United States v. MedQuest Assocs, Inc., No. 11-6520 (6th Cir. 2013)

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Justia Opinion Summary

MedQuest is a diagnostic testing company that operates more than 90 testing facilities in 13 states. In 2006 a former MedQuest employee, brought a qui tam suit against MedQuest alleging violations of the False Claims Act. The United States intervened and obtained summary judgment ($11,110,662.71) that MedQuest used supervising physicians who had not been approved by the Medicare program and the local Medicare carrier to supervise the range of tests offered at the Nashville-area sites, and after acquiring one facility, MedQuest failed to properly re-register the facility to reflect the change in ownership and enroll the facility in the Medicare program, instead using the former owner’s payee ID number. The Sixth Circuit reversed, stating that the Medicare regulatory scheme (42 U.S.C. 1395x) does not support FCA liability for failure to comply with the supervising-physician regulations. MedQuest’s failure to satisfy enrollment regulations and its use of a billing number belonging to a physician’s practice it controlled do not trigger the hefty fines and penalties created by the FCA.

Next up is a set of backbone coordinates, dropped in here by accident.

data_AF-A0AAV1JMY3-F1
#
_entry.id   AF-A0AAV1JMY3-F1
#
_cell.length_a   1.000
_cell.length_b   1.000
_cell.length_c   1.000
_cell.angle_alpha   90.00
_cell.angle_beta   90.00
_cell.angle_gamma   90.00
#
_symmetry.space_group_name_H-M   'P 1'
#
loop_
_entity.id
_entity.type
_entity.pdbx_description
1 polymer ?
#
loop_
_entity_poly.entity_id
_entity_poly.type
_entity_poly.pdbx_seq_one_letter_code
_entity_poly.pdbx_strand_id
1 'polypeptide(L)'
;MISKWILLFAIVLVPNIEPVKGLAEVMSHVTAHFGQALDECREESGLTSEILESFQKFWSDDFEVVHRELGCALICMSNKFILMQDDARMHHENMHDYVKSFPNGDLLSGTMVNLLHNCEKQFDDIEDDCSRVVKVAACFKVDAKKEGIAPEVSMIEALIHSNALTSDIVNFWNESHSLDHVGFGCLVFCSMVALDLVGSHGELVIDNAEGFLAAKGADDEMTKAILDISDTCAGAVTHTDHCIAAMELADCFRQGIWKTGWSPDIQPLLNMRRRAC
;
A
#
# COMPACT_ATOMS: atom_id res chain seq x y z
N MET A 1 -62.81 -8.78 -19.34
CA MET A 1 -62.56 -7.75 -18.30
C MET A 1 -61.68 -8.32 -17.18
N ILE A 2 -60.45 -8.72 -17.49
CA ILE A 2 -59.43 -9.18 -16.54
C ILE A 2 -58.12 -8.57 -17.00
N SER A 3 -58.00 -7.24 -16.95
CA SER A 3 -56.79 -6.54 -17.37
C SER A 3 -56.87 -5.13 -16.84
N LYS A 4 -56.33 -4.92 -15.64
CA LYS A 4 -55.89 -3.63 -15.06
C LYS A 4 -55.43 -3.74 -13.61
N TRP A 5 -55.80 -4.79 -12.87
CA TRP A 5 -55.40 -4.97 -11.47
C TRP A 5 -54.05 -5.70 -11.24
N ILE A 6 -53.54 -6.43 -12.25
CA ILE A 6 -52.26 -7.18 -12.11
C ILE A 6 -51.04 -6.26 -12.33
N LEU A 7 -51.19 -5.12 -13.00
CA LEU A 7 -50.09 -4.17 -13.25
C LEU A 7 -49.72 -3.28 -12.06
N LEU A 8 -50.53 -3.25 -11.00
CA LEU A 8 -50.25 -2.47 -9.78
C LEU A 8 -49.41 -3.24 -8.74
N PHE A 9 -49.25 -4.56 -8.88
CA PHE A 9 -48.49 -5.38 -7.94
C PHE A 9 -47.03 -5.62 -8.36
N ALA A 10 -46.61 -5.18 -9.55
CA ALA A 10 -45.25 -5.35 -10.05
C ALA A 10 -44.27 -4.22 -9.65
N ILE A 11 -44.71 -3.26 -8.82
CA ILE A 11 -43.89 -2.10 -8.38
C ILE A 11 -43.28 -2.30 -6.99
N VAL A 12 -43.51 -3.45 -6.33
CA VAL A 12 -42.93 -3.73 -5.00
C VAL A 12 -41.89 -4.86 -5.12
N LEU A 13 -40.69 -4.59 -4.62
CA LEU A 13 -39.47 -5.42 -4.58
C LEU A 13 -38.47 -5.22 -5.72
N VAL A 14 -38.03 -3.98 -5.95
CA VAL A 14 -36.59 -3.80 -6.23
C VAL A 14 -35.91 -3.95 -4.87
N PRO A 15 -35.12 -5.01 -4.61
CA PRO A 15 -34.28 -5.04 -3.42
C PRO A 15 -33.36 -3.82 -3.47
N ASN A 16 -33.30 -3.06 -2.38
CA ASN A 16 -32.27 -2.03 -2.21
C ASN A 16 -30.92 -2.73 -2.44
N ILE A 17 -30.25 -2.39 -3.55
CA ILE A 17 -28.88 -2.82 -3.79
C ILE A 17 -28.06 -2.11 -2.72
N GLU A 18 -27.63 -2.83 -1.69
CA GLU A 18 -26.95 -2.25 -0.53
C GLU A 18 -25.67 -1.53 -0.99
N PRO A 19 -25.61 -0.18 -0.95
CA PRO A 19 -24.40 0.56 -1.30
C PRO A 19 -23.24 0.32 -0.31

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RECOMMENDED FOR FULL-TEXT PUBLICATION Pursuant to Sixth Circuit I.O.P. 32.1(b) File Name: 13a0085p.06 UNITED STATES COURT OF APPEALS FOR THE SIXTH CIRCUIT _________________ UNITED STATES OF AMERICA, ex rel.; KAREN X J. HOBBS, Plaintiffs-Appellees, -No. 11-6520 > STATE OF TENNESSEE, ex rel., , Plaintiff, v. MEDQUEST ASSOCIATES, INC.; BIOIMAGING AT CHARLOTTE, INC.; BIOIMAGING OF COOL SPRINGS, INC.; BIOIMAGING AT HARDING, INC., nka BioImaging at Edmondson, Defendants-Appellants. N Appeal from the United States District Court for the Middle District of Tennessee at Nashville. No. 3:06-CV-1169 William J. Haynes, Jr., District Judge. Argued: November 29, 2012 Decided and Filed: April 1, 2013 Before: KEITH, CLAY, and ROGERS, Circuit Judges. _________________ COUNSEL ARGUED: Jeffrey S. Bucholtz, KING & SPALDING LLP, Washington, D.C., for Appellants. Christine N. Kohl, UNITED STATES DEPARTMENT OF JUSTICE, Washington, D.C., for Appellees. ON BRIEF: Jeffrey S. Bucholtz, Paul A. Mezzina, KING & SPALDING LLP, Washington, D.C., Britt King Latham, BASS, BERRY & SIMS, Nashville, Tennessee, Rebekah N. Plowman, Kristen Pollock McDonald, NELSON, MULLINS, RILEY & SCARBOROUGH, LLP, Atlanta, Georgia, for Appellants. Christine N. Kohl, Thomas M. Bondy, UNITED STATES DEPARTMENT OF JUSTICE, Washington, D.C., for Appellees. Paul W. Kim, OBER KALER GRIMES & SHRIVER, Baltimore, Maryland, for Amicus Curiae. 1 No. 11-6520 United States, et al. v. MedQuest, et al. Page 2 _________________ OPINION _________________ ROGERS, Circuit Judge. MedQuest Associates, Inc. and three of its subsidiaries (collectively MedQuest ) appeal an $11,110,662.71 judgment against them for filing false claims for reimbursement under Medicare Part B in this False Claims Act (FCA) qui tam action. The claims fall into two categories: (1) claims that were false because MedQuest used physician supervisors who were not approved by the local Medicare carrier, and (2) claims that were false because they were submitted by an independent diagnostic testing facility (IDTF) that was not properly enrolled in the Medicare program and were filed using another physician s billing number. The regulatory scheme does not support FCA liability for failure to comply with the supervising-physician regulations, and the district court s grant of summary judgment against MedQuest on this issue must be reversed. With respect to the second set of claims, MedQuest s failure to satisfy the enrollment regulations and its use of a billing number belonging to a physician s practice it controlled do not trigger the hefty fines and penalties created by the FCA. Summary judgment on this set of claims must also be reversed. I. MedQuest is a diagnostic testing company that operates more than ninety testing facilities in thirteen states. This case concerns its compliance with certain Medicare regulations in three of its Nashville, Tennessee-area facilities, known as the Charlotte Center, the Cool Springs Center, and the Harding Center. In December 2006, Karen Hobbs, a former MedQuest employee, brought this qui tam suit against MedQuest alleging violations of the FCA. Over two years later, the United States intervened and took over the litigation of the suit. The suit alleged and the district court held on summary judgment that MedQuest violated the FCA in two significant respects: (1) in two testing facilities, MedQuest used supervising physicians No. 11-6520 United States, et al. v. MedQuest, et al. Page 3 who had not been approved by the Medicare program and the local Medicare carrier to supervise the range of tests offered at the sites, and (2) after acquiring the Charlotte Center, MedQuest failed to properly re-register the facility to reflect the change in ownership and enroll the facility in the Medicare program, instead using the former owner s payee ID number. United States ex rel. Hobbs v. MedQuest Assocs., Inc., 812 F. Supp. 2d 821 (M.D. Tenn. 2011). In this appeal, MedQuest argues that its violations, if any, run afoul of the conditions of participation in the Medicare program not conditions of payment for tests and services. This is significant because only the latter may form the basis of an FCA action. A. Regulatory Scheme While the FCA provides the vehicle for suit, Medicare statutes and regulations define the requirements for Medicare claims and form the basis of much of the dispute in this case. Medicare Part B the portion of the program that covers the costs of physician services, supplies, and tests only covers tests that are reasonable and necessary. 42 U.S.C. § 1395x(s)(3) (2003); id. § 1395y(a)(1)(A) (2003). For a diagnostic test to be reasonable and necessary, it must be furnished under the appropriate level of supervision by a physician. 42 C.F.R. § 410.32(b)(1) (2003). Medicare requires entities that seek reimbursement from the program to first enroll and gain approval from their local Medicare carrier. A carrier is the claims-processing and -regulating entity that contracts with the Centers for Medicare and Medicaid Services (CMS), the body created by the Department of Health and Human Services (HHS) to administer the Medicare program. In this case, CIGNA is the applicable carrier. For organizations like MedQuest, the enrollment process begins with the submission of a CMS-855B Application ( Enrollment Application ). This particular application enables an entity to enroll as an Independent Diagnostic Testing Facility (IDTF). An IDTF must have one or more supervising physicians who are responsible for providing general supervision of procedures at the facility. 42 C.F.R. § 410.33(b)(1) (2003). For procedure[s] requiring . . . direct or personal supervision, the IDTF s supervising physician must personally furnish this level of supervision. No. 11-6520 United States, et al. v. MedQuest, et al. Page 4 Id. § 410.33(b)(2) (2003). The Enrollment Application requires an IDTF to identify its supervising physicians. The form concludes with a certification that if the signor become[s] aware that any information in this application is not true, correct or complete, [he] agree[s] to notify the Medicare program contractor of this fact immediately. CMS regulations also require that CMS be notified of any addition, deletion, or change to the list of physicians. While the application requires that each physician attest that he or she is proficient in all tests to be supervised at the facility, CMS has interpreted this requirement to mandate only that, as a whole, the group of supervising physicians has the combined expertise to provide proficient supervision for all tests. The basic requirement . . . is that all the supervisory physician functions must be properly met at each location, regardless of the number of physicians involved. . . . The physicians used need only meet the proficiency standards for the tests they are supervising. In its own set of policies, called Local Medical Review Policies (LMRPs), CIGNA sets out specific qualifications required to perform and supervise individual procedures. For example, a certified radiologist must perform a CT scan with contrast under the direct supervision of a physician, who must also be a radiologist, or else provide evidence of medical education or certification specific to the skills involved in performing that test. Once enrolled, the provider submits CMS-1500 forms to the carrier to obtain payment for services provided to Medicare patients. These forms reflect the treatment or services provided and identify the provider or supplier who provided them. Tests, supplies, and services are correlated to a series of unique numbers, called CPT codes, which quickly convey to the carrier what reimbursable expenses the provider has incurred. The CMS-1500 form requires the provider to certify that the services listed above were medically indicated and necessary to the health of this patient and were personally furnished by me or my employee under my personal direction. No. 11-6520 United States, et al. v. MedQuest, et al. Page 5 B. MedQuest s Actions 1. MedQuest used non-supervising physicians to directly supervise contrast tests. In two of its facilities, the Harding Center and the Cool Springs Center, MedQuest listed board-certified radiologists (and, in one case, a non-radiologist who had been approved by CIGNA) on its CMS enrollment forms as the supervising physicians for the facility. These three physicians, Dr. Witt, Dr. Cooney, and Dr. Tan, were listed in the appropriate place on MedQuest s IDTF enrollment forms. In addition, MedQuest hired other physicians to provide patient services. However, Medicare regulations require that certain procedures be conducted under direct or personal supervision namely, for purposes of this case, contrast MRI and CT scans. CMS requires that these scans be directly supervised by one of the IDTF s supervising physicians, and CIGNA imposes an additional requirement that the scans be approved by a specialist in radiology. The Government alleges that the centers used physicians besides those approved by CIGNA to provide direct supervision for contrast procedures, some of whom did not specialize in radiology. MedQuest concedes that some of these procedures were not supervised by the approved physician personnel, although it maintains that all procedures received supervision by a physician, approved or otherwise. MedQuest also notes that its stated policy was to limit direct supervisory responsibility to those physicians listed on its enrollment forms, as memorialized in a 2003 memo to center managers stating, [t]he supervising physician/s that I have listed on your Medicare application is the only physician/s you should use for contrast enhanced studies on Medicare patients (emphasis in original). No. 11-6520 2. United States, et al. v. MedQuest, et al. Page 6 MedQuest purchased a physician s practice and operated it as an independent diagnostic testing facility, without registering as an IDTF, and instead used the former practice s billing number on claims forms. In a third Nashville-area clinic, the Charlotte Center, MedQuest submitted claims for eighteen months using the billing number of Dr. William S. Witt. This pattern arose after MedQuest bought all of the shares in Dr. Witt s physician s practice and began operating the center as a MedQuest facility. According to Dr. Witt, his practice effectively ended at the time of the buyout. However, Dr. Witt continued to provide patient services at all three of the Nashville-area centers at issue in this case. MedQuest characterizes the resulting arrangement as one in which William S. Witt, Inc. became a MedQuest subsidiary, and it justifies the use of Witt s billing code on that basis. Appellant Br. at 46. MedQuest s use of the code ended on July 1, 2005, when MedQuest re-enrolled the Charlotte Center as an IDTF. MedQuest attributes this change in enrollment to an effort to consolidate the Nashville centers under one tax ID. However, MedQuest s chief compliance officer testified that the earlier failure to register happened because they just messed up and didn t get it enrolled until they decided to do the tax ID, and that s when they saw it was still enrolled as William Witt. C. The District Court s Judgment Following discovery, both sides moved for summary judgment. On August 23, 2011, the district court published a lengthy decision granting summary judgment in favor of Hobbs and the Government on both express and implied certification theories. United States v. MedQuest Assocs., Inc., 812 F. Supp. 2d 821 (M.D. Tenn. 2011). The district court determined that the Enrollment Application included a certification and in effect, an agreement that the physicians listed . . . would provide the direct supervision for applicable testing. Id. at 852. The court further concluded that [t]he requirement of a physician approved by Medicare for these tests was also a specification and by language of the regulation, a condition for Medicare s payment of tests by an IDTF. Id. No. 11-6520 United States, et al. v. MedQuest, et al. Page 7 The district court found that MedQuest incurred FCA liability for its use of nonsupervising personnel to monitor contrast testing, and the court concluded, MedQuest submitted Medicare claims for payment for all of those [contrast] testings and by doing so, MedQuest violated its first express certification that the physicians listed in its application would supervise such testing and later, in submitting billings implicitly certified that those tests were provided in accordance with applicable Medicare regulations and by physicians approved by Medicare. Id. at 864. In an intermediate order denying MedQuest s motion to dismiss, the court accepted the Government s theory that Defendants submitted false claims for payment of diagnostic tests with CPT codes that Defendants knew to be false given the express Medicare regulation requiring appropriately qualified physician supervision as a condition of payment for IDTF s claim for diagnostic services with contrasts. United States ex rel. Hobbs v. MedQuest Assocs., Inc., 702 F. Supp. 2d 904, 918 (M.D. Tenn. 2010). The district court determined that MedQuest s position as a large-scale testing-center operator put its upper-level management in a position where they either knew or recklessly disregarded the noncompliant actions at the Nashville centers. MedQuest, 812 F. Supp. 2d at 864 65. The district court concluded that MedQuest s failure to update CMS enrollment forms upon the transfer of ownership of Dr. Witt s practice constitutes a false certification, although its precise theory is unclear. See id. at 866 67 (citing the legal duty to submit a CMS-855 change of information form and conclud[ing] that the United States s proof establishe[d] MedQuest s reckless disregard of the notice requirements in Medicare regulations and instructions on the CMS form ). The district court also found an FCA violation in the use of Dr. Witt s billing number. Id. at 867 68. MedQuest moved for reconsideration on Eighth Amendment grounds related to the damages and penalties, but on October 21, 2011, the district court denied the motion and entered judgment for the Government in the amount of $11,110.662.71. United States ex rel. Hobbs v. MedQuest Assocs., Inc., No. 3:06-01169, 2011 WL 5027504, at *5 (M.D. Tenn. Oct. 21, 2011). This total included 343 claims for contrast testing No. 11-6520 United States, et al. v. MedQuest, et al. Page 8 supervised by non-approved physicians and 945 claims filed using Dr. Witt s billing number. Id. The Government was entitled to treble damages on each claim. Id. The court assessed fines of $11,000 for each supervising-physician violation and $5,500 per billing-number violation. Id. The court found that one half of the total mandatory treble damages awarded were compensatory. Id. at *7. The remaining half were therefore punitive. Id. MedQuest now challenges the district court s grant of summary judgment as to both types of claims and renews its Eighth Amendment objection to the damages and penalties the court awarded. II. MedQuest s actions at the Nashville-area centers clearly were at odds with the goals and aims of the Medicare program in several respects, and the Government has raised reasonable arguments in support of its claims. We have little sympathy for MedQuest, which sometimes skirted and appears to have often ignored applicable regulations in the conduct of its centers. However, because these regulations are not conditions of payment, they do not mandate the extraordinary remedies of the FCA and are instead addressable by the administrative sanctions available, including suspension and expulsion from the Medicare program. This Court reviews a district court s grant of summary judgment de novo, Ventas, Inc. v. HCP, Inc., 647 F.3d 291, 324 (6th Cir. 2011), applying the same standards as the district court. Natron Corp. v. STMicroelecs., Inc., 305 F.3d 397, 403 (6th Cir. 2002). Summary judgment is appropriate if the movant shows that there is no genuine dispute as to any material fact such that the movant is entitled to judgment as a matter of law. Fed. R. Civ. P. 56(a). No. 11-6520 United States, et al. v. MedQuest, et al. Page 9 A. MedQuest s use of non-approved supervising physicians for contrast procedures does not constitute an adequate basis for an FCA claim because it violated only conditions of participation. The FCA creates civil liability for any person who knowingly presents, or causes to be presented to the government a false or fraudulent claim for payment or approval. 31 U.S.C. § 3729(a)(1) (2006). The statute requires only that the false or fraudulent claim be presented by a person with actual knowledge of the information submitted and who acts in deliberate ignorance, or with reckless disregard as to the veracity of that information. Id. § 3729(b). Suit may be filed directly by the government or, as here, may be brought as a qui tam action in which the government may intervene. Id. § 3730. Treble damages are prescribed by statute, and civil penalties range from $5,500 to $11,000 per false claim. Id. § 3729(a); 28 C.F.R. § 85.3(a)(9) (2011). In addition to obvious cases of fraud, as where a provider bills for procedures or services that were not rendered or not necessary, a claim may be false under a false certification theory, as when the claimant knowingly falsely certifies that it has complied with a statute or regulation the compliance with which is a condition for Government payment. United States ex rel. Wilkins v. United Health Grp., Inc., 659 F.3d 295, 305 (3d Cir. 2011); see also Chesbrough v. VPA, P.C., 655 F.3d 461, 467 (6th Cir. 2011). The success of a false certification claim depends on whether it is based on conditions of participation in the Medicare program (which do not support an FCA claim) or on conditions of payment from Medicare funds (which do support FCA claims). Wilkins, 659 F.3d at 309; United States ex rel. Conner v. Salina Reg l Health Ctr., Inc., 543 F.3d 1211, 1220 (10th Cir. 2008); United States ex rel. Mikes v. Straus, 274 F.3d 687, 701 02 (2d Cir. 2001). False certifications may be express or implied. Wilkins, 659 F.3d at 305. In an express false certification, the defendant is alleged to have signed or otherwise certified to compliance with some law or regulation on the face of the claim submitted. Under an implied certification theory, a facially truthful claim can be construed as false if the claimant violates its continuing duty to comply with the regulations on which payment No. 11-6520 United States, et al. v. MedQuest, et al. Page 10 is conditioned. Chesbrough, 655 F.3d at 468 (quoting United States ex rel. Augustine v. Century Health Servs., Inc., 289 F.3d 409, 415 (6th Cir. 2002)). Courts do not look to the claimant s actual statements; rather, the analysis focuses on the underlying contracts, statutes, or regulations themselves to ascertain whether they make compliance a prerequisite to the government s payment. Conner, 543 F.3d at 1218. A falsecertification theory only applies where the underlying regulation is a condition of payment, meaning that the government would not have paid the claim had it known the provider was not in compliance. See Chesbrough, 655 F.3d at 468. Of course, a regulation may in some cases be both a condition of payment and a condition of participation. See United States ex rel. Hendow v. Univ. of Phoenix, 461 F.3d 1166, 1176 (9th Cir. 2006). The Government alternatively uses the express and implied false-certification theories to allege FCA liability against MedQuest for its failure to comply with the requirement that [i]n the case of a procedure requiring the direct or personal supervision of a physician as set forth in § 410.32(b)(3)(ii) or (b)(3)(iii) the IDTF s supervising physician must personally furnish this level of supervision. 42 C.F.R. § 410.33(b)(2) (2003). Neither theory supports FCA liability in this case. 1. Express Certification The Government cannot point to an express certification made by MedQuest that it was in compliance with the supervising-physician requirements. MedQuest s statements in its Enrollment Application do not constitute certifications that would support an FCA action. The Enrollment Application required certification that the centers would abide by the Medicare laws, regulations and program instructions. Reliance on this provision as an express certification violating the FCA is misplaced. The falsity of a claim is determined at the time of submission. United States ex rel. Quinn v. Omnicare, Inc., 382 F.3d 432, 438 39 (3d Cir. 2004). The Government has not argued or provided evidence that MedQuest intended to violate Medicare regulations at the time it applied. Moreover, the certification does not contain language conditioning payment on compliance with any particular law or regulation. No. 11-6520 United States, et al. v. MedQuest, et al. Page 11 MedQuest did not make any express certifications of compliance with physiciansupervision requirements in its CMS claim forms that would support an FCA action. The only express certification on the CMS-1500 claim form is that the services listed on the form were medically indicated and necessary for the health of the patient. The medical need for the contrast scans has not been contested. 2. Implied Certification The Government s implied certification theory rests on the assertion that MedQuest implicitly certified compliance with the supervising-physician requirements which it characterizes as conditions of payment each time it submitted a claim for Medicare payment. Because the supervising-physician requirements are not conditions of payment, this theory fails. A conclusion that compliance with the supervising-physician requirements is a condition of payment is only possible by weaving together isolated phrases from several sections in the complex scheme of Medicare regulations. This cut-and-paste approach is not supported by the structure of the regulatory scheme, and it is not reasonable to expect Medicare providers to attempt such an approach to statutory interpretation in their efforts to comply with the FCA. The Government contends that the claims submitted by MedQuest violate conditions of payment because the tests were not reasonable and necessary and therefore do not satisfy the primary prerequisite to Medicare payment. However, the natural reading of the relevant regulations supports only a conclusion that contrast testing is not reasonable and necessary if it is not performed under direct supervision by a physician. Although MedQuest was not in complete regulatory compliance, the claims at issue were supervised directly by physicians; for this reason, the claims meet the reasonable and necessary requirement and satisfy the conditions for payment. Additional rules pertaining to the roles and duties of supervising physicians at IDTFs and to additional certifications required for contrast testing procedures are found in separate regulations that do not refer to the reasonable and necessary standard; therefore, interpreting them as relating to the reasonable and necessary conditions comes only from a strained reading of the regulatory scheme. No. 11-6520 United States, et al. v. MedQuest, et al. Page 12 42 U.S.C. § 1395y states that Medicare will not make payment for services that are not reasonable and necessary. 42 U.S.C. § 1395y(a)(1)(A) (2003); see also 42 C.F.R. § 411.15(k)(1) (2003). This standard is elucidated in certain CMS regulations, like 42 C.F.R. § 410.32, which applies the standard to diagnostic testing. For diagnostic tests to be reasonable and necessary, they must be furnished under the appropriate level of supervision by a physician as defined in [42 U.S.C. § 1395x(r)]. 1 42 C.F.R. § 410.32(b)(1) (2003). The regulations set out three levels of supervision: general, direct, and personal. Id. § 410.31(b)(3) (2003). General supervision means the procedure is furnished under the physician s overall direction and control, but the physician s presence is not required during the performance of the procedure. Id. § 410.32(b)(3)(i) (2003). An intermediate level of supervision, direct supervision, requires a physician to be present in the office suite and . . . available to furnish assistance but does not necessarily require the physician to be in the room where the procedure is performed. Id. § 410.32(b)(3)(ii) (2003). Personal supervision, the highest level, means a physician must be in attendance in the room during the performance of the procedure. Id. § 410.32(b)(3)(iii) (2003). Relevant to this case, though most diagnostic testing requires only general supervision, CIGNA requires contrast testing to be done with direct supervision. Under these requirements, contrast testing is reasonable and necessary only if it is directly supervised by a physician. Because MedQuest provided this level of supervision in the procedures it billed to Medicare, it did not violate this condition of payment. Although other Medicare regulations applied to MedQuest, only physician supervision at an appropriate level (i.e., general, direct, or personal) is relevant to the reasonable and necessary inquiry. Among these other requirements, CIGNA s Local Policies (LMRP) provide that the supervising physician must be certified in radiology. 1 This provision defines a physician in basic terms: The term physician , when used in connection with the performance of any function or action, means (1) a doctor of medicine or osteopathy legally authorized to practice medicine and surgery by the State in which he performs such function or action . . . . 42 U.S.C. § 1395x(r). The definition also encompasses doctors of dental surgery, doctors of podiatric medicine, doctors of optometry, and chiropractors so long as they are acting within the scope of their licenses and/or authorizations to practice. Id. No. 11-6520 United States, et al. v. MedQuest, et al. Page 13 This LMRP requirement, however, does not purport to supplement the reasonable and necessary conditions contained in § 410.32. Moreover, the LMRP appears to have expressly limited its reasons for denial in an LMRP section with that title. According to that section, payment may be denied when the test is performed for indications other than those listed in the Indications and Limitations of Coverage and/or Medical Necessity section of this policy and applicable [LMRPs], [w]hen the services are performed for screening purposes, [w]hen the medical record does not verify that the service described . . . was provided, and [w]hen the patient s record lacks evidence that the treating physician did not [sic] order the test. In contrast to those situations, the appendix stated that because some IDTFs might not currently meet the . . . credentialing criteria, it would allow up to one year from the date the applicant enrolled as an IDTF for the applicable certification/licensure to be obtained. The implication is that the LMRP does not forbid payment when there are regulatory violations like the ones at issue here. Other CMS regulations specifying supervisory procedures specific to IDTFs do not relate to the reasonable and necessary language in § 410.32 in such a way as would create a condition of payment. 42 C.F.R. § 410.33, titled Independent diagnostic testing facility, sets out characteristics of and requirements for IDTFs. These include the requirement that each facility have one or more supervising physicians. Id. § 410.33(b) (2003). After stating the general duties and qualifications of the supervising physician, the regulation provides that [i]n the case of a procedure requiring the direct or personal supervision of a physician as set forth in § 410.32(b)(3)(ii) or (b)(3)(iii), the IDTF s supervising physician must furnish this level of supervision. Id. § 410.33(b)(2) (2003). While it creates additional requirements for IDTFs, this provision does not mean that services lose reasonable and necessary status when furnished by a physician who is not a supervising physician. Section 410.32 fully provides the conditions of payment for diagnostic testing that a test is reasonable and necessary only when performed under the adequate level of supervision. Because the requirements in § 410.33 are No. 11-6520 United States, et al. v. MedQuest, et al. Page 14 conditions of participation and not conditions of payment, violations are punishable only by administrative remedies including expulsion from the Medicare program. Nor does § 410.33 independently create conditions of payment. The Government points to the opening words of the regulation, which state that carriers will pay for diagnostic procedures under the physician fee schedule only when performed by a physician, a group practice of physicians, an approved supplier of portable x-ray services, . . . or an independent diagnostic testing facility (IDTF). Id. § 410.33(a) (2003). Although this provision appears to create a condition of payment with the language will pay . . . only when, the condition in this context is that the provider be an IDTF. Id. The Government does not produce any evidence to support an argument that the Charlotte Center was not an IDTF at the time it billed Medicare, whether or not it was in full compliance with § 410.33(b)(2). Our conclusion regarding the absence of conditions of payment is aligned with decisions in this and other circuits interpreting the appropriate scope of FCA liability. Recently, this court reaffirmed its view that [t]he False Claims Act is not a vehicle to police technical compliance with complex federal regulations when it determined that statements and requirements in a dialysis provider s Medicare application did not permit suit under the FCA. Williams, 696 F.3d at 532. Like our sister circuits, we recognize the need for an active role to be played by actors outside the federal government in the enforcement of the Medicare statute, see Mikes, 274 F.3d at 699 700, and we recognize that the FCA (through qui tam suits or otherwise) retains an important role in the Medicare context. But where, as in this case, the violations would not natural[ly] tend[] to influence CMS s decision to pay on the claims, United States ex rel. A+ Homecare, Inc. v. Medshares Mgmt. Grp., Inc., 400 F.3d 428, 444 45 (6th Cir. 2005), the blunt[ness] of the FCA s hefty fines and penalties makes them an inappropriate tool for ensuring compliance with technical and local program requirements like the special supervision requirements at issue in this case. See Mikes, 274 F.3d at 699. Such compliance may of course be enforced administratively through suspension, disqualification, or other remedy. No. 11-6520 United States, et al. v. MedQuest, et al. Page 15 B. MedQuest did not violate conditions of payment when it used Dr. Witt s billing number after the transfer of stock ownership. The district court s reasons for assessing liability against MedQuest on the Charlotte Center claims were based on a combination of laws not in effect at the time of MedQuest s actions2 and on conditions of participation. Although the Goverment offers authority for its assertion that MedQuest should have notified Medicare and/or reenrolled the Charlotte Center after it took ownership, the only condition of payment identified by the Government is the provision in 42 C.F.R. § 410.33(a) that carriers will pay for diagnostic procedures under the physician fee schedule only when performed by a physician, a group practice of physicians, . . . or an [IDTF]. However, the Government has not alleged that MedQuest was not operating the Charlotte Center as an IDTF, nor has it supported its assertion that IDTF means approved and enrolled IDTF. For this reason, FCA liability on this claim is untenable. The Government states, When MedQuest purchased Dr. Witt s practice in 2004, the Charlotte facility was no longer a physician s practice. Nor was it an IDTF because it was not enrolled as such in the Medicare program. Government Br. at 51 (citing 42 U.S.C. § 1395cc(j)) (2003). The Government argues that under [§ 413.33(a)(1)], MedQuest was not entitled to be paid for tests at the Charlotte facility until it was an enrolled and approved IDTF. The Government is likely correct that the facility would no longer have been classified by Medicare as a physician s practice following the transfer of ownership from Dr. Witt to MedQuest, but the remainder of its assertions lack merit. Enrollment and approval are not required for an entity to be an IDTF. No provision in the relevant statutes, regulations, or interpretive rules establishes this 2 In their briefs, the parties agree that 42 C.F.R. § 410.33(g), which addresses the procedures associated with an IDTF s change of ownership, was not part of the applicable regulations until it was enacted in 2006, several years after the actions at issue in this claim. No. 11-6520 United States, et al. v. MedQuest, et al. Page 16 requirement.3 The Government s sole reliance on 42 U.S.C. § 1395cc(j), which directs the HHS Secretary to promulgate regulations related to enrollment, is misplaced because the statute cannot possibly be interpreted to mean that an IDTF cannot exist without Medicare enrollment. This is the only legal basis offered on appeal for this supposed enrollment/approval requirement. Moreover, the Government s assertion that this is a failure-to-enroll problem ignores the fact that Witt s practice, which MedQuest purchased, was already enrolled in the Medicare program. This case, at most, represents a failure to update enrollment information, which we have held is not a violation of a condition of payment. The Government contends that Dr. Witt s corporate practice was never a MedQuest subsidiary; the practice ended when Dr. Witt sold all his shares to MedQuest and he became an independent contractor at the three Nashville IDTFs, with no other relationship to MedQuest. Appellee s Br. at 55. The Government does not, however, offer any rational reason to conclude that the predominant effect of the stock purchase was to dissolve Dr. Witt s corporation. Nor does it explain why an incorporated physician s practice cannot be effectively purchased by an outside entity. While Dr. Witt s practice may no longer have been appropriately classified as a physician s practice, the evidence belies the assertion that it ceased to exist in the manner implied by the Government. The Government does not contest that the facility used the same or similar personnel to provide the same or similar services with the same facilities, supplies and assets one of which was a billing number. We are cognizant of Medicare s need to monitor its providers, and the Government has provided ample documentation to support its assertion that MedQuest was, or should have been, aware of the program s interest in monitoring its providers and assuring quality patient care. However, the Government cites no regulation governing MedQuest s conduct in the facts of this case. Doubtless, providers should, in good faith, 3 Medicare advises suppliers of a four-factor test to determine if an entity is properly classified as an IDTF and therefore, the requirement is less concrete. Further, Medicare allows a facility that belatedly enrolls as an IDTF to back-bill for procedures conducted before it was enrolled so long as the pre-enrollment procedures met the substantive requirements imposed on IDTFs. No. 11-6520 United States, et al. v. MedQuest, et al. Page 17 endeavor to be as responsive as possible to the known goals of the Medicare program. However, the FCA does not impose liability for providers failure to anticipate needs of the program that have not been promulgated in regulations conditioning payment on compliance, in addition to providers obligations to navigate the already-complicated scheme of regulations. In the absence of a regulation conditioning payment on an accurate, updated enrollment form reflecting current ownership, and without support for the proposition that a purchaser of a corporate practice is not legally entitled to use that corporation s billing number, MedQuest cannot be held liable under the FCA. III. FCA liability is not warranted on either of the claims in this case, and therefore we reverse the district court s judgment. Because we reverse the judgment in full, we have no need to reach MedQuest s Excessive Fines arguments.